Acclaimed as literary novels, they are steeped in crime – but is it kosher to call them Irish crime fiction novels? YOU (via the comment box, natch) decide! This week: Flann O’Brien’s THE THIRD POLICEMAN.
A masterpiece of black humour from the renowned comic and acclaimed author of AT SWIM-TWO-BIRDS – Flann O’Brien. A thriller, a hilarious comic satire about an archetypal village police force, a surrealistic vision of eternity, the story of a tender, brief, unrequited love affair between a man and his bicycle, and a chilling fable of unending guilt, THE THIRD POLICEMAN is comparable only to ALICE IN WONDERLAND as an allegory of the absurd. Distinguished by endless comic invention and its delicate balancing of logic and fantasy, THE THIRD POLICEMAN is unique in the English language. – Amazon UK
Flann O’Brien’s most popular and surrealistic novel concerns an imaginary but hellish village police force and a local murder. Weird, satirical, and very funny, its popularity has suddenly increased with the mention of the novel in the TV film Lost. Here it comes to life in a new unabridged recording. “Even with ULYSSES and FINNEGANS WAKE behind him, James Joyce might have been envious,” wrote one critic about the work of Flann O’Brien. – Amazon UK (audio CD)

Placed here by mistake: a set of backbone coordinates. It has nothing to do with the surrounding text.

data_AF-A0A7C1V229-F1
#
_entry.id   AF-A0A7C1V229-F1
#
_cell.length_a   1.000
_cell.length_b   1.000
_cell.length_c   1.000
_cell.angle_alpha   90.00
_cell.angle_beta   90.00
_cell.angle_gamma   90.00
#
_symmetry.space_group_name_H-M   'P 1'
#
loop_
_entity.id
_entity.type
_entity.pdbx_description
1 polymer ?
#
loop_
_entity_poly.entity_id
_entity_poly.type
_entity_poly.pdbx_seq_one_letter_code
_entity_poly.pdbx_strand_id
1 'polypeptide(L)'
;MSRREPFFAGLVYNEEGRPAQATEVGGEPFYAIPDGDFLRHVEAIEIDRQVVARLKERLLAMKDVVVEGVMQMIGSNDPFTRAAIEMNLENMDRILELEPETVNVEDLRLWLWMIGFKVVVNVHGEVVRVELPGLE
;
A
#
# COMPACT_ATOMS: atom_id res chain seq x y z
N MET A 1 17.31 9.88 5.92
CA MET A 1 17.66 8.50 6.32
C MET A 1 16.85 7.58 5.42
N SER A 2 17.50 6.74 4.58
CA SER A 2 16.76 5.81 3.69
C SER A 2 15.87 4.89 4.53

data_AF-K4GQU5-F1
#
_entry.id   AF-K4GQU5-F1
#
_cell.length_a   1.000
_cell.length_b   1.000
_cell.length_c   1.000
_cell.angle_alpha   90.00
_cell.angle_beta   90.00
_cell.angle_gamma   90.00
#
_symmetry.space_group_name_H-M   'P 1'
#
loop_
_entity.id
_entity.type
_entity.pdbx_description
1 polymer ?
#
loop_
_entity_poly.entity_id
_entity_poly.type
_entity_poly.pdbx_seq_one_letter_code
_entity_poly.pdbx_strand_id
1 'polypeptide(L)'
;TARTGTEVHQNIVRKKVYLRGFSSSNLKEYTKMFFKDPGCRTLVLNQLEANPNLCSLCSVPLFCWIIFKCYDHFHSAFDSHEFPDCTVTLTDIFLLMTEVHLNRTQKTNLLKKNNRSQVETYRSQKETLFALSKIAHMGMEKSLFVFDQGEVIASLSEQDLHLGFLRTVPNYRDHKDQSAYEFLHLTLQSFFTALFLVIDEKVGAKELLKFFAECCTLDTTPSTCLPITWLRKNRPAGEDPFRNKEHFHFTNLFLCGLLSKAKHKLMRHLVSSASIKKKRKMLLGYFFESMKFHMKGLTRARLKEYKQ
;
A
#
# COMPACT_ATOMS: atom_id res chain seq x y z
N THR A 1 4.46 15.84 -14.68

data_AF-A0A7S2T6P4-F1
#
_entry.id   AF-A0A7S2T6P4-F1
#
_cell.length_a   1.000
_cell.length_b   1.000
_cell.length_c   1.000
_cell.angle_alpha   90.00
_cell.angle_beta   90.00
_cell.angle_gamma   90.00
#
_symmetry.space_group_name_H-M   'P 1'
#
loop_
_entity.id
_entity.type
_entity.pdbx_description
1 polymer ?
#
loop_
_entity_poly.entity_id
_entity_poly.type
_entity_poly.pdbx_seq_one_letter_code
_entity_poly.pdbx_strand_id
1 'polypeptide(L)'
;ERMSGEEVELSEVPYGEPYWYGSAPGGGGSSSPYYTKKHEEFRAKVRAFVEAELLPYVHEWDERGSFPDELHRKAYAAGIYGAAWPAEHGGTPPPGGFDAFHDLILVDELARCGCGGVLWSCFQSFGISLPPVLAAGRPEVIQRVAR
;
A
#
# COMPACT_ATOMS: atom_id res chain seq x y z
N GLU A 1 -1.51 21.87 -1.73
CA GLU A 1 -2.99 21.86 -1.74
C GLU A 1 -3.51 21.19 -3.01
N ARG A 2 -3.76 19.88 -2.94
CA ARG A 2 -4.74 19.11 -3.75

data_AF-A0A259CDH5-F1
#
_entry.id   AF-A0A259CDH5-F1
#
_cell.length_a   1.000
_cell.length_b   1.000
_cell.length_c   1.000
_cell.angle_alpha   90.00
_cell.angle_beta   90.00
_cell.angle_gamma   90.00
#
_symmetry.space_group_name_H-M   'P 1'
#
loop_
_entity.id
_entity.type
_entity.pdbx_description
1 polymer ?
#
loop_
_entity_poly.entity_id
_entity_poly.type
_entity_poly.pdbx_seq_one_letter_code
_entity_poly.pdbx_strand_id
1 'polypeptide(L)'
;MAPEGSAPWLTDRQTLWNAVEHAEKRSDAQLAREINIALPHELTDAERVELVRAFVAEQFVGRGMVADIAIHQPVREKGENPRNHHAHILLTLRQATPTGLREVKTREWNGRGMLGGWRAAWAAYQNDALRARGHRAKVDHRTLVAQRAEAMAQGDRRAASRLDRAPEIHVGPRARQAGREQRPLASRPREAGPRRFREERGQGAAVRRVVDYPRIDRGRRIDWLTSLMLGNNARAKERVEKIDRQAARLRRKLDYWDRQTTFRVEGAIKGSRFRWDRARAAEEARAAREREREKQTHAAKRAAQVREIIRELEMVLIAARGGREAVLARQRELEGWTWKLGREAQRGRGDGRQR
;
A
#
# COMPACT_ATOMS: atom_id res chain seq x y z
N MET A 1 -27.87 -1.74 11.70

“Burke shows again that he’s not just a comic genius, but also a fine dramatic writer and storyteller.” – Booklist. “Prose both scabrous and poetic.” – Publishers Weekly. “Proust meets Chandler over a pint of Guinness.” – Spectator. “Among the most memorable books of the year, of any genre.” – Sunday Times. “A hardboiled delight.” – Guardian. “Imagine Donald Westlake and Richard Stark collaborating on a screwball noir.” – Kirkus Reviews. “A cross between Raymond Chandler and Flann O’Brien.” – John Banville.